Heated debate over women's clothing

On TweetDeck, I have a column solely devoted to women religious. Any time someone tweets the words “nuns,” “Catholic sisters,” “women religious” or “LCWR,” it pops up in this column, because, you know, it’s my job to know what people are talking about.

Most of the time, the column is filled with links to personal blogs, comments on whether the Leadership Conference of Women Religious is going in the right or wrong direction and prayers of support for the Little Sisters of the Poor in their fight against Obamacare’s contraception mandate. But last week, I started seeing weird tweets out of Australia  angry, profanity-filled back-and-forths about nuns’ habits. Bizarre, right? The tweets were strange to me for several reasons. First, I was not aware that women religious in Australia were largely habited. (As it turns out, many of them aren’t, but that’s Twitter for you.) Second, why were habits such a hot topic all of a sudden? (The tweets didn’t provide a lot of context, but again, that’s Twitter.) And why were people so heated about them?

So I did a quick Google search and found that last Thursday, the Australian parliament declared that Muslim women wearing burqas, when visiting the parliament building, will now be required to sit inside enclosed glass galleries  for national security reasons, obviously. Australia’s prime minster has since asked parliament to “rethink” their position, but in the meantime, passionate people on both sides of the issue took to Twitter to weigh in. A common refrain in the discussion was that burqas were like any other type of religious garb  like habits, for instance, and hence the tweets.

What women and girls wear is a multilayered topic, even more so when those women and girls are part of a particular religious tradition. In these instances, we use a woman’s clothing to determine how devout she is, how virginal she is and  once she’s married  how maternal she is. Now, in Australia, a Muslim woman’s clothing is being used to determine how likely she is to be a terrorist.

In the secular arena, we’ve made some progress on this front; we’re at least having discussions about how what a woman is wearing is not an invitation to rape  and some people even seem to believe it. But when it comes to religious clothing, I think we’re slightly more myopic. Not all of us, certainly. But a lot of us.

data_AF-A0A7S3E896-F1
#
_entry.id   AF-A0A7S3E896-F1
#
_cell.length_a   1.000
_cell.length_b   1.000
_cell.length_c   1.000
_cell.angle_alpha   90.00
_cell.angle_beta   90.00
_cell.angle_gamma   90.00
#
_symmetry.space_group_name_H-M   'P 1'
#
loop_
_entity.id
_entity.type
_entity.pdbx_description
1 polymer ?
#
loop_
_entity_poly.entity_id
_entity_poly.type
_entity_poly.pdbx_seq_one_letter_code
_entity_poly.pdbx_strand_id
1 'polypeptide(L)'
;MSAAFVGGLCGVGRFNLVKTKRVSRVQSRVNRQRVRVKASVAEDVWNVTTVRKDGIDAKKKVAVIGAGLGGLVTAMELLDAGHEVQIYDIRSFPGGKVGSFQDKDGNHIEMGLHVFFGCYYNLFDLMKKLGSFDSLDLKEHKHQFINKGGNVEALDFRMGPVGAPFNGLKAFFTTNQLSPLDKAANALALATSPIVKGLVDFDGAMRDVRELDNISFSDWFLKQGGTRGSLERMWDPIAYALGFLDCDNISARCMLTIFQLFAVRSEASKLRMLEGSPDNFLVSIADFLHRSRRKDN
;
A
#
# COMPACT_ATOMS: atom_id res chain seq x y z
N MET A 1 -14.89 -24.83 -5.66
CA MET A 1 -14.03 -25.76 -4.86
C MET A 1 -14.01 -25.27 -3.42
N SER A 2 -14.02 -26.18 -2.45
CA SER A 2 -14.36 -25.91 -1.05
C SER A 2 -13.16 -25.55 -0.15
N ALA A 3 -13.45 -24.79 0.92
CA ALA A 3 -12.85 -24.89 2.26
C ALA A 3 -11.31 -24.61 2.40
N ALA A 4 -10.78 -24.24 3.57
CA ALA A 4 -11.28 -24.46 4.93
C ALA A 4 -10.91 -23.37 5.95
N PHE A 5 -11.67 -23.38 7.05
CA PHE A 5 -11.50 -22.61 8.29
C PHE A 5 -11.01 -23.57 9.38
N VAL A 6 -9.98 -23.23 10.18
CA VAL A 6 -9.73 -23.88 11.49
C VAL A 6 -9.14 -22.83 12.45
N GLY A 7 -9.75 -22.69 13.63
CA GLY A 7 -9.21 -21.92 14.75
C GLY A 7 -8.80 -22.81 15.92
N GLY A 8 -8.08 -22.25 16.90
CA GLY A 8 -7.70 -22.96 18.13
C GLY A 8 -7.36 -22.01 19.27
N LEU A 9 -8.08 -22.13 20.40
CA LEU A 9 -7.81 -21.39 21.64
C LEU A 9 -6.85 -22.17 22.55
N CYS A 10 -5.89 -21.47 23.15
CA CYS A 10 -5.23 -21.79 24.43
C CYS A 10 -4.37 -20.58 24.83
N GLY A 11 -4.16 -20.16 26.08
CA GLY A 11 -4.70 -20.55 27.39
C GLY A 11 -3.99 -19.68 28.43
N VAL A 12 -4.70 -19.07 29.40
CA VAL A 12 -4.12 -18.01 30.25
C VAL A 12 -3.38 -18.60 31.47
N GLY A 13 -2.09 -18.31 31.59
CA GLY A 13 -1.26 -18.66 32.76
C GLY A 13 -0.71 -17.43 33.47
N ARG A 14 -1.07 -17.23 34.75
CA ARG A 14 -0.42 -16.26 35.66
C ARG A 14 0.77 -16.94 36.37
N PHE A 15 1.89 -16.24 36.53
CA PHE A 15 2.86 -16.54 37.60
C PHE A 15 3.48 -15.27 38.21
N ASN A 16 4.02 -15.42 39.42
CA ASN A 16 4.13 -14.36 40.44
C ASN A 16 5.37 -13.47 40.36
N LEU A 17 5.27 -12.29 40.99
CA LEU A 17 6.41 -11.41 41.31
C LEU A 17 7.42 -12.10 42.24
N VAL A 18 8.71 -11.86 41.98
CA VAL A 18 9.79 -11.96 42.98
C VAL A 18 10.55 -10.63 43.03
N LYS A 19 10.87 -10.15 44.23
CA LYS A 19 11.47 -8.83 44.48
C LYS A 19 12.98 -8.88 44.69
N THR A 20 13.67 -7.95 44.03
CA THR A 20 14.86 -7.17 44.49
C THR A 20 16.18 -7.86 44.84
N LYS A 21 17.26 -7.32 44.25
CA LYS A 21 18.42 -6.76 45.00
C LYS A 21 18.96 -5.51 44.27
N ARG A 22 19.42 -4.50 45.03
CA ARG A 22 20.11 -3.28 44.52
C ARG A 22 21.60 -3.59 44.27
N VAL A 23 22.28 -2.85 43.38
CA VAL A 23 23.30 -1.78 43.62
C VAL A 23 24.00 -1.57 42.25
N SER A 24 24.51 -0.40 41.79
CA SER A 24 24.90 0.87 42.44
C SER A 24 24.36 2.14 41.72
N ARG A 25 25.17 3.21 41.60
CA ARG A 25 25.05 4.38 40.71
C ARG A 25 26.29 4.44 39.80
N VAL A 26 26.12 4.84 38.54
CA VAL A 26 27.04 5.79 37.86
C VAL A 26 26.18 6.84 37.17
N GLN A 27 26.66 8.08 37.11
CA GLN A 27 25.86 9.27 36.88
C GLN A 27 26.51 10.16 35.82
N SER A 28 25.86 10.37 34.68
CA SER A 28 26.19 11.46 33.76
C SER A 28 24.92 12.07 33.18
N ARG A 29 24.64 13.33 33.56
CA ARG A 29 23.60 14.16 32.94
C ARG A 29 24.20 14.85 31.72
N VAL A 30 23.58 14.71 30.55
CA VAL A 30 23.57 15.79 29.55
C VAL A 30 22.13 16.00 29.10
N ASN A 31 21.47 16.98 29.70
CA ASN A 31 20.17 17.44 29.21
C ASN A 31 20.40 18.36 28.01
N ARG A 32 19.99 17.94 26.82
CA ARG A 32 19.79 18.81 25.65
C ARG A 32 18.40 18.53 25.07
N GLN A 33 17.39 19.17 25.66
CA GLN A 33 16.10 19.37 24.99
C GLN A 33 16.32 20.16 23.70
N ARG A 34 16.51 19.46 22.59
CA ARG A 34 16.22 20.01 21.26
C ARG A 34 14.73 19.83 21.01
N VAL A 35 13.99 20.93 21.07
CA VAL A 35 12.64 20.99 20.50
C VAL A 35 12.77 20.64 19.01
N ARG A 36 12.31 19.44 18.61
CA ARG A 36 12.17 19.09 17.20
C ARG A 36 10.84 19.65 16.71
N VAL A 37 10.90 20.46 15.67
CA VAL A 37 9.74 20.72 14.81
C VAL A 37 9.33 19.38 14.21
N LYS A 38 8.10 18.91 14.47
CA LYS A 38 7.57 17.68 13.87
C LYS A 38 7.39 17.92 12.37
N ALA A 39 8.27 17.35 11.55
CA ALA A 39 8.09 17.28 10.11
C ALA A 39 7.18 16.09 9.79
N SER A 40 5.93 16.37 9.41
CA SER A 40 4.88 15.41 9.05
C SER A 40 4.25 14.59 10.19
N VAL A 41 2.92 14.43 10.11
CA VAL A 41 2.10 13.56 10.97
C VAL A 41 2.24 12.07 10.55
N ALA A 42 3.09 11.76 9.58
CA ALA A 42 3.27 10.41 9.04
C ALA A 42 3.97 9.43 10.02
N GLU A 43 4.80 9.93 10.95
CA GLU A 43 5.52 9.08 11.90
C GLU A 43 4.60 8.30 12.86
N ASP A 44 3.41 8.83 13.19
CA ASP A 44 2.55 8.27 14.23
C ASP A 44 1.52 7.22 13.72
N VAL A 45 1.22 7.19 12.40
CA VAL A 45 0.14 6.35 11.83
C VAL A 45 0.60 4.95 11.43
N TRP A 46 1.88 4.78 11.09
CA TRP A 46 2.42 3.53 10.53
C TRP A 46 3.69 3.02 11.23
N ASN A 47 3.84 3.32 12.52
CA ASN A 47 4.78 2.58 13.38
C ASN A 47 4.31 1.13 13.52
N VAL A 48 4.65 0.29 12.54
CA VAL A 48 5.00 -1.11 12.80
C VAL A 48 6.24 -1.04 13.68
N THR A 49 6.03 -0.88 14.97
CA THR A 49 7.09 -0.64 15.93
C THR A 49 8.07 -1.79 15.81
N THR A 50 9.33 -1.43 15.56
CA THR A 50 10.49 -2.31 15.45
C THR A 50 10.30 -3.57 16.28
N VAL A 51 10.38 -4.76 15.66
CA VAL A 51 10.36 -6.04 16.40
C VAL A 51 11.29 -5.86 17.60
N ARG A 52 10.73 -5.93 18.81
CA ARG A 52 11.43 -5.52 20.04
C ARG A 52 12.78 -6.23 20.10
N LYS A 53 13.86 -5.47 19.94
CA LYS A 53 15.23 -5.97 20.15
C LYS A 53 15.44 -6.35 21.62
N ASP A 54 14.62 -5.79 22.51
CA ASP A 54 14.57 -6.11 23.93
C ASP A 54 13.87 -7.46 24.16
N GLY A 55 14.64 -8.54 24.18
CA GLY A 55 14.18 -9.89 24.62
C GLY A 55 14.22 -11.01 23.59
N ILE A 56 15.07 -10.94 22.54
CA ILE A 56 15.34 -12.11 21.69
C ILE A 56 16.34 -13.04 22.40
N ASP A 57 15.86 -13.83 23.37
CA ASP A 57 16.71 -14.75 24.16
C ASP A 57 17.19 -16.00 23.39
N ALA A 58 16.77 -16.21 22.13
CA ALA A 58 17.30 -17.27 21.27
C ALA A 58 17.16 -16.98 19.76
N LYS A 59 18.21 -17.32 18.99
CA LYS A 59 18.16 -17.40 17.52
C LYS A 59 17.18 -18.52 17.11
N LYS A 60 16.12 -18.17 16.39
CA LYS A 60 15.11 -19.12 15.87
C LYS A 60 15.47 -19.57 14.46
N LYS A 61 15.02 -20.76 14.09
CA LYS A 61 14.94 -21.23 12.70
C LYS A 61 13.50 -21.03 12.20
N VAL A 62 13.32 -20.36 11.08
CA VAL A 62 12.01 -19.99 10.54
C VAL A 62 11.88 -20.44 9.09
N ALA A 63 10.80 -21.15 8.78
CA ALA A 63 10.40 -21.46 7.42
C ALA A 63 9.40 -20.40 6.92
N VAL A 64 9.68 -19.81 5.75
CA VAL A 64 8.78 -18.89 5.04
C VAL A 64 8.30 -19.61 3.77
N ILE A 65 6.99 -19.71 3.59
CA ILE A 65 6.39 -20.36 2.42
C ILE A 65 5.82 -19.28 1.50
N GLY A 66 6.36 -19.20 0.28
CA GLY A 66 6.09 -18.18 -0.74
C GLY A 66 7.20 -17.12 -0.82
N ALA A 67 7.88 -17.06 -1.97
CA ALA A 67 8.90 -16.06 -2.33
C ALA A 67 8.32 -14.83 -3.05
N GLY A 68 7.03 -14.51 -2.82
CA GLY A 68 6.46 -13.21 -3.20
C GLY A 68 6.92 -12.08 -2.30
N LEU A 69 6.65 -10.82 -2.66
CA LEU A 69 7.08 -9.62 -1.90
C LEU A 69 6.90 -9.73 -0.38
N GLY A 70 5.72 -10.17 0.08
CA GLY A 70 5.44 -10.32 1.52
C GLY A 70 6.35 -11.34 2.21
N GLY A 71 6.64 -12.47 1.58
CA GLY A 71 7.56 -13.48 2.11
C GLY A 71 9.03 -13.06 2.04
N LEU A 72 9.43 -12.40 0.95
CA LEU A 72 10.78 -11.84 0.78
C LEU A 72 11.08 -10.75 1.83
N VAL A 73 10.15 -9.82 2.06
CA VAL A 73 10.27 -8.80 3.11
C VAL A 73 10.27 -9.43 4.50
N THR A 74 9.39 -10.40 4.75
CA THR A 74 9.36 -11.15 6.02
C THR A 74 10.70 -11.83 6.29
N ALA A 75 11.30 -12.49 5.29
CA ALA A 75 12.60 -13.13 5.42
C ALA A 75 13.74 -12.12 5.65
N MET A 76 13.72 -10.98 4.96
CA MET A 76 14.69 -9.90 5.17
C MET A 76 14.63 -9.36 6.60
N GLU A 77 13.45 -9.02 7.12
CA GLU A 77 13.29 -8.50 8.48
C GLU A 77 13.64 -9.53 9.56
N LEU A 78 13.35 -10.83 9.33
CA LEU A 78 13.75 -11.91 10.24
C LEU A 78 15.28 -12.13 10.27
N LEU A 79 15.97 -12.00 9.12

We quickly assess the politics and doctrine of a woman based on what she wears. If she’s wearing a burqa, she’s a conservative, anti-feminist Muslim  or is at least married to one. A progressive nun would never wear a habit, but a conservative one might, and so on and so forth. How a woman dresses can become the focal point of any discussion of her faith, to the detriment of anything else.

But we can and should do better. Back when Global Sisters Report was in its infancy, Molly Pyle explored what the habit means to younger and older Catholic sisters, how their views on the need for an outward symbol of religion devotion differ.

“The challenge is to help the people we serve know what the life of women religious is, beyond the distraction of what we wear,” Pyle quotes a sister as saying. “If they stop at the habit, or its absence, they don’t see why we’re here. They miss the point.”

And I imagine that concept rings true for any religious woman, whether she’s a sister in a habit (or not), a Jewish woman wearing sheitels (or not), or an evangelical teen who is intentional about “modest” clothing (or not). How a woman dresses may say something about her personal understanding of her faith, but it is not the defining characteristic of her faith — nor should it be the defining characteristic of her story.

GSR is one monument to that type of storytelling, but we can’t change a global narrative all on our own (though I think we will certainly try our best). Women of faith around the world are doing amazing things, and we should celebrate their work. We really shouldn’t, if we’re being honest, have time to notice what they are wearing.

It’s a tall order, but I think we as a global society can eventually get there. And I’m sure I’ll find out about it, first, on Twitter.

[Dawn Cherie Araujo is the staff reporter for Global Sisters Report.]